12. tokuzumi

Posts: 1951; Member since: Aug 27, 2009

The CEO is always the fall guy for a company's failures. Hesse did do some cool things (unlimited mobile to any mobile, and nights and weekends starting at 7pm), under his watch, sprint basically did nothing with the most important thing of all....their network. Hopefully, under Softbank and with the new CEO, sprint will put upgrading their network first, and prove their network is the the "now" network.

16. thunder18

Posts: 156; Member since: Aug 06, 2009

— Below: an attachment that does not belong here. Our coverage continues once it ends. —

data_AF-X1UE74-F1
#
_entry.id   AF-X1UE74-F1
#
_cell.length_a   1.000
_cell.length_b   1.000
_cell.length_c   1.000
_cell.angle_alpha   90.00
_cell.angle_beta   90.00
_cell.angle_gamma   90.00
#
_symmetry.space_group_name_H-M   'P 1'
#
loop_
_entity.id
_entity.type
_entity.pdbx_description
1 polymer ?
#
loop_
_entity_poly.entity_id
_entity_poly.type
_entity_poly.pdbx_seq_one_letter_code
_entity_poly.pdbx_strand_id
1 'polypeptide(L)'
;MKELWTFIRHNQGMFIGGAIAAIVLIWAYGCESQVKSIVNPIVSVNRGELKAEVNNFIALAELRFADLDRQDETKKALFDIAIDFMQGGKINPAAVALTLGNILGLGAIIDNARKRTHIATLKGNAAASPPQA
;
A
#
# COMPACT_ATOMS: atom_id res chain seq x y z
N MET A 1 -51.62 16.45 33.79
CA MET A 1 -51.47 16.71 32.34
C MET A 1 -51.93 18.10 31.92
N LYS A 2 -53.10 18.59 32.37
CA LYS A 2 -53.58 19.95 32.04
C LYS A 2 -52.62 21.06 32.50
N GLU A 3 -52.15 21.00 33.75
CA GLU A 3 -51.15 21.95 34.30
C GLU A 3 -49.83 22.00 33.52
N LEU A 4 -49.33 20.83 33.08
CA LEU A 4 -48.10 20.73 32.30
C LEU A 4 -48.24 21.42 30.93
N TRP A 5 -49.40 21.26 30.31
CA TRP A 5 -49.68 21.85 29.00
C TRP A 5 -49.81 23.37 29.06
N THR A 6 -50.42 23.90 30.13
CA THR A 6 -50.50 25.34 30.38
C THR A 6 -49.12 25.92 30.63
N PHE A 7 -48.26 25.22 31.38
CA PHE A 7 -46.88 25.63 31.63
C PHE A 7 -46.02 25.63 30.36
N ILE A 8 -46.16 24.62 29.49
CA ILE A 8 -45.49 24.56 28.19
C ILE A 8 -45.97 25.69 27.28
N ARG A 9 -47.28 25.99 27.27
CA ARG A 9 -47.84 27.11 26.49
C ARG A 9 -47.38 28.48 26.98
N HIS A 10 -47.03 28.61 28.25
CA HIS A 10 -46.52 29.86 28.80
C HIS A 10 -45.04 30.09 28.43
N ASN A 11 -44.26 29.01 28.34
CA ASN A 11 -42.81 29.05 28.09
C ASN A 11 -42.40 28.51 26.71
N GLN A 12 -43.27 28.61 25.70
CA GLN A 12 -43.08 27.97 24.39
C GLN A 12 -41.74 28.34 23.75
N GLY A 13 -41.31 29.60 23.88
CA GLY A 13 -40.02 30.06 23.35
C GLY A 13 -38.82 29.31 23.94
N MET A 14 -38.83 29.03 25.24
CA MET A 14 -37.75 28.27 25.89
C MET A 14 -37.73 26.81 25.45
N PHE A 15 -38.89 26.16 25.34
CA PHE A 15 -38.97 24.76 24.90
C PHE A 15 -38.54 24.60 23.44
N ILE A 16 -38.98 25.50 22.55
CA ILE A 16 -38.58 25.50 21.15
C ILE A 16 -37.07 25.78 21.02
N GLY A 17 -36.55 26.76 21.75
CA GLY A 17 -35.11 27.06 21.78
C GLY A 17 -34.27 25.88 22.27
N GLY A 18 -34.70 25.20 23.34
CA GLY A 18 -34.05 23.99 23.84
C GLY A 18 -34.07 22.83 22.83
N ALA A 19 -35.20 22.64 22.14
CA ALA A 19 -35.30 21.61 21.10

Exactly! Changing CEOs is meant to change the face and attitudes of the company. It always rolls down from the top. Though I can't agree they did nothing with the network while he was there. Dan Hesse oversaw SoftBank's $21.6 billion purchase of 80 percent of Sprint, deployed and re-purposed Wi-Max into LTE, Sprint bought partner Clearwire, shut down Nextel's iDEN network and started deploying its tri-band LTE Sprint Spark service. For those of us finally enjoying Sprint's Spark and LTE speeds, we do have Hesse to thank for that. Though we also have him to thank for putting Sprint on the hook for $13 billion worth of iPhones and tanking network performance for ages after the phone was introduced. It was definitely a double-edged sword and I often wonder what would have happened if Sprint didn't pick up the iPhone and had invested in network infrastructure instead. Would they have had enough customers or would the mass exodus of subscribers crippled Sprint to the point of implosion. Every new iPhone at the time was a locked in 2 year revenue stream and may have been necessary to finance the network improvements. Oh well, the future awaits.